Wednesday, October 26, 2016
A four-goal effort by Horizon soccer lead scorer Quinn Roetcisoender wasn’t enough to lift the Hawks over the North Clackamas Christian Saints in a 1A semifinal playoff game played in Oregon City Monday.
The Hawks lost to the Saints, 5-4, in a wet, physical, back-and-forth, hard-fought game that saw multiple lead changes. The game went through two overtime periods and had to be decided by penalty kicks. Horizon fell 3-1 in the penalty kick round, denying the team an opportunity to defend last year’s 1A title in the championship match Friday. Instead, Horizon will play Damascus Christian in the third-place game Friday at 6 p.m. at Wilsonville High School. Damascus lost to Umpqua Valley/Melrose Christian 4-1 Monday in its semifinal game.
‘It was an intense game. It was definitely the most exciting one of the season so far.’
Horizon’s previous meeting with North Clackamas in the regular season resulted in a scoreless draw and the two teams were just as evenly matched this time around, although Horizon Head Coach Andrew Stenberg said the rainy weather and the wet surface opened up more scoring opportunities for both teams.
“It was an intense game,” he said Tuesday morning. “It was definitely the most exciting one of the season so far.”
The high-scoring affair didn’t get going until midway through the first half when North Clackamas drew first blood, scoring on a free kick from about 20 yards out. The Saints didn’t have the lead long, however, as Roetcisoender responded several minutes later, picking up a through ball from midfielder Derek Johnston and putting it into the back of the net to tie up the game. Several minutes after that, the senior striker capitalized on a Saints defensive breakdown and scored again to give the Hawks a 2-1 lead heading into halftime.
North Clackamas struck back in the second, pulling even with Horizon in the 50th minute after the Saints were afforded a 1-v-1 opportunity with Hawks keeper Ian Walker, who faced a barrage of shots in Monday’s game, recording a dozen saves. Ten minutes after that, the Saints gained the lead again, firing a “laser shot” from 25 yards out that made it past Walker.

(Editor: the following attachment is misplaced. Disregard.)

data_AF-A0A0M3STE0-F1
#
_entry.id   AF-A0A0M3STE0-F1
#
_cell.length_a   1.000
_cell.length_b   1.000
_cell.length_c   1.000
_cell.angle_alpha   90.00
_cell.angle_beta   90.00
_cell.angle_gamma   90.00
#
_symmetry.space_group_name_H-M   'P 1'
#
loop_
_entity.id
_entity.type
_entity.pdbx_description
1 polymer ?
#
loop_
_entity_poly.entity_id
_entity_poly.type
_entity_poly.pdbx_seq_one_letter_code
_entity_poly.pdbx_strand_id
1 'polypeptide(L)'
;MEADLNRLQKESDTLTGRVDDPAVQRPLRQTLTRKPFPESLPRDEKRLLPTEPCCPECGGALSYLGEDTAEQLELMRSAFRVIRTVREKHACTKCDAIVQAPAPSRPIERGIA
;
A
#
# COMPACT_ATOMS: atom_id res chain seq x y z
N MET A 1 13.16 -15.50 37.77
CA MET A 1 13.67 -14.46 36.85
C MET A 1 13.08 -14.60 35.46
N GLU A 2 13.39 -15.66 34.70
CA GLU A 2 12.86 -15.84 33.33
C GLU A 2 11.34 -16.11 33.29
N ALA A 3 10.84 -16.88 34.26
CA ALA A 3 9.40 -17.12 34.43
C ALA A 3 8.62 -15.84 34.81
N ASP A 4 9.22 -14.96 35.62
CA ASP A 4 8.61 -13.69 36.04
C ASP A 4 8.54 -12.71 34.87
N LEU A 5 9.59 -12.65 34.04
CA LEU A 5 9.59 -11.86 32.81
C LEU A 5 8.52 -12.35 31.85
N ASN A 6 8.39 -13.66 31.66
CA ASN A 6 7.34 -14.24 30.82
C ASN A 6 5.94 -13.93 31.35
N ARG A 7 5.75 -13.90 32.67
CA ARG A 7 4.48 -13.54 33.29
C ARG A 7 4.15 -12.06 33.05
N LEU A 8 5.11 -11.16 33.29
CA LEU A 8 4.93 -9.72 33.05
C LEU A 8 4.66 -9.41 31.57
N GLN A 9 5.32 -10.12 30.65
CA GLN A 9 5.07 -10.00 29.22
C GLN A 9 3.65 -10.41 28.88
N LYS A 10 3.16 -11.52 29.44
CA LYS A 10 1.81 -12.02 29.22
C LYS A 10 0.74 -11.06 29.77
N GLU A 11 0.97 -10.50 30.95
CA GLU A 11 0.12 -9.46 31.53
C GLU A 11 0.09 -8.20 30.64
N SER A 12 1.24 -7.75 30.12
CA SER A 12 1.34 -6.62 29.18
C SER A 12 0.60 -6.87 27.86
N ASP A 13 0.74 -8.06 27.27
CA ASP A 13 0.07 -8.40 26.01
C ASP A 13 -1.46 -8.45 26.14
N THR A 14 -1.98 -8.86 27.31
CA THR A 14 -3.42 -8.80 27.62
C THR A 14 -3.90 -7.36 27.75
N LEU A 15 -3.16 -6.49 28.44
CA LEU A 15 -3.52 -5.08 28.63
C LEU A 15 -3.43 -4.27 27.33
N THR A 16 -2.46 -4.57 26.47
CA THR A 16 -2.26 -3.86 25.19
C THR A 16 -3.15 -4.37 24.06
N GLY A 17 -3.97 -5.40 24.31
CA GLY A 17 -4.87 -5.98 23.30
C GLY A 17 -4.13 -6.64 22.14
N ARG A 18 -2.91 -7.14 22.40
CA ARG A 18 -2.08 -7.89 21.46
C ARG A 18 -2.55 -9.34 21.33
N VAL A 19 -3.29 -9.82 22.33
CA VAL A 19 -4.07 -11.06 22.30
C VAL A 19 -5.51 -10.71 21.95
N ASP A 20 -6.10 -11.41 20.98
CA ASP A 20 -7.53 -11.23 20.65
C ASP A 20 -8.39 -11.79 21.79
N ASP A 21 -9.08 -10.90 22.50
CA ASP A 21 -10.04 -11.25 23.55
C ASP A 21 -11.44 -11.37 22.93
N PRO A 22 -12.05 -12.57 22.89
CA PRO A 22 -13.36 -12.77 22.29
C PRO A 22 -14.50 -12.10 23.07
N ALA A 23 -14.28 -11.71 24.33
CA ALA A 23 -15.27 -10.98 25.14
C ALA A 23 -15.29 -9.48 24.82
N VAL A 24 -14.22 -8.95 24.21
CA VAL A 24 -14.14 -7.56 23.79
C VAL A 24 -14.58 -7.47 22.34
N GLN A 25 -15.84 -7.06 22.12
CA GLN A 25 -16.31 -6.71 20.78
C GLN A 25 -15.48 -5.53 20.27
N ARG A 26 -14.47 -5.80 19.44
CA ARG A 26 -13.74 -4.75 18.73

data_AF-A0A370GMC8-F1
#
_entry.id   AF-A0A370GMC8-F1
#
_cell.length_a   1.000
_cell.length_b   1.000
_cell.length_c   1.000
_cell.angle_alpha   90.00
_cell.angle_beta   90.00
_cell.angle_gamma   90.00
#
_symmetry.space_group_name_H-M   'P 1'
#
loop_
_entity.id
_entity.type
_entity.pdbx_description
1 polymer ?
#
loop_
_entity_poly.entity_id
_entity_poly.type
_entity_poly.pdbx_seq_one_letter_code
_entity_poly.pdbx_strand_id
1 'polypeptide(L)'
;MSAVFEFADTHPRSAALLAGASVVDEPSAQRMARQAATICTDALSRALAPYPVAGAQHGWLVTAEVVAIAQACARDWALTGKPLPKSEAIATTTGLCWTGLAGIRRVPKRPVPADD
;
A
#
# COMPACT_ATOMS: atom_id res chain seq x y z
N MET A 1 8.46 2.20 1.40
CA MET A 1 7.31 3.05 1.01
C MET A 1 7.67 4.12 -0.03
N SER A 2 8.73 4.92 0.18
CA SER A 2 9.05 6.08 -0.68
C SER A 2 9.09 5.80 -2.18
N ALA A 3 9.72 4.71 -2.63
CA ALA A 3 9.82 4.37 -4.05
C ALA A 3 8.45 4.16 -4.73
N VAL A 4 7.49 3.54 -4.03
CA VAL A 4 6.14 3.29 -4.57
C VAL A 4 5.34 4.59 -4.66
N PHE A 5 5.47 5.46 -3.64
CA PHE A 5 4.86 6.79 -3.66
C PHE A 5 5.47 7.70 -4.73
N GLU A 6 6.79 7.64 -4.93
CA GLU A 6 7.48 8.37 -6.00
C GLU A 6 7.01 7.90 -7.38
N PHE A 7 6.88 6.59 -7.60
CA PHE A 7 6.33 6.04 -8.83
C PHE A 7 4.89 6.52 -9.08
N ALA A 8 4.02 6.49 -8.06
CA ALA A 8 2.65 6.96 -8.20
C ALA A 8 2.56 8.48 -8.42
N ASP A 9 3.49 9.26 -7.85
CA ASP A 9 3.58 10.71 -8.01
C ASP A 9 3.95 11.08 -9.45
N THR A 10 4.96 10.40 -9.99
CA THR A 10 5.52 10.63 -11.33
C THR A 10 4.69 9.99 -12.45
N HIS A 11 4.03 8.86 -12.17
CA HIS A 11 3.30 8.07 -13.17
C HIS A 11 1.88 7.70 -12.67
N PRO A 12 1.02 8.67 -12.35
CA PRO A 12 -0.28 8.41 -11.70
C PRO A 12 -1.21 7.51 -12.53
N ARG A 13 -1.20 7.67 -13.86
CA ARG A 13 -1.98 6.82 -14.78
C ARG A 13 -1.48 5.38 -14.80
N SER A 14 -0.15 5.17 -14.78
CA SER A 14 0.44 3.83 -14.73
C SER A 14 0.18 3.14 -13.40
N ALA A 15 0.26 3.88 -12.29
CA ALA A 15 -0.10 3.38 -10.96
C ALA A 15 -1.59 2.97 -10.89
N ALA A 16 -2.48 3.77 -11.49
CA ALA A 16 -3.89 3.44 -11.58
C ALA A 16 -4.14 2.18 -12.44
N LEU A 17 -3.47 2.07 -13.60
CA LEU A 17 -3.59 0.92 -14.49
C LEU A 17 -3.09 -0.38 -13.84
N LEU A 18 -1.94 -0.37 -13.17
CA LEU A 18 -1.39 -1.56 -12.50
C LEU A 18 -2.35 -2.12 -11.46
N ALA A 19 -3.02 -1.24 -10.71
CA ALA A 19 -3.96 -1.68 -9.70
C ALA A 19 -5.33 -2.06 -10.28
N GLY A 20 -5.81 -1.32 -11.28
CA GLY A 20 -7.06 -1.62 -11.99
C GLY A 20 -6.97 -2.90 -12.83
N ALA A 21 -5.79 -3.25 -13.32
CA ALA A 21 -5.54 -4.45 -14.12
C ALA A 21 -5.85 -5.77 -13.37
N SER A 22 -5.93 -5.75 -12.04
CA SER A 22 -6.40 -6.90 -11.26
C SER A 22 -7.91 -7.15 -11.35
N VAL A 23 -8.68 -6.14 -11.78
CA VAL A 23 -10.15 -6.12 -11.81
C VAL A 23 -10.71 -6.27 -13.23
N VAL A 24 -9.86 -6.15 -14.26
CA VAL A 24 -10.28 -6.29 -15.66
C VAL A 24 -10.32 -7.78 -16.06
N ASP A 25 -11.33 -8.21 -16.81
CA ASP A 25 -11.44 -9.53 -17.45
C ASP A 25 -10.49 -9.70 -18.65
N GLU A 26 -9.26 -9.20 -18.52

Down 3-2 with just seven minutes remaining in regulation, Roetcisoender came to the rescue for Horizon yet again, breaking through North Clackamas’ back line to score a hat trick and force the game into overtime.
In the first of the two 10-minute overtime periods (no golden goal), North Clackamas once again established a lead, scoring five minutes in on a play where Walker came off his line in an attempt to stop a through ball, which took an odd hop over Horizon’s keeper and toward a North Clackamas foot that put it into the back of the net.
Horizon didn’t manage a score in the first overtime period and couldn’t get much going in the second until a North Clackamas player tripped Horizon’s Tony Li in the box at the end of overtime. Officials awarded the Hawks a penalty kick, taken by who else but Roetcisoender, who again tied the game for Horizon, sending it to penalty kicks.
Both North Clackamas and Horizon missed their opening kicks, with Ethan Evans taking his shot right at the Saints keeper. Then, North Clackamas scored. Luke Holste got his opportunity next, but, like Evans, put it right into the keeper’s grasp. On North Clackamas’ next possession, the Saints converted once again.
With Hawks down two goals in a do-or-die situation, defender/midfielder Derek Johnston connected on his attempt to keep the Hawks alive. But the Saints scored yet again, forcing Horizon into a score-or-go-home scenario. Sophomore defender/midfielder Brady Lynn stepped up to the line, and like some of his other teammates, took a shot that went right to the goalie. North Clackamas saved the shot to win the game and advance.
Stenberg said Lynn was understandably distraught at the outcome, but the weight of the loss rested on the team’s shoulders — not Lynn’s.
“He definitely took it hard; it’s definitely one of those things where we had to try to bring him back,” Stenberg said of Lynn’s reaction. “It definitely wasn’t his fault… we had multiple missed opportunities.”
The loss was disappointing, as Stenberg hoped the team could have repeated last year’s 1A championship win. However, this year’s team had about half the numbers of last year’s squad, which provided a number of challenges for Horizon — playing younger athletes, having fewer options to pull from on the bench, and fielding smaller teams for intra-squad scrimmages in practice.
In light of all that, Stenberg felt his players should feel proud of their performance this season.
“Obviously, we were hoping for a championship because we had it last year, but by literally losing half our team, being able to pull out third place on Friday would be a win for us… I’m definitely satisfied with what we’ve done so far this season,” he noted.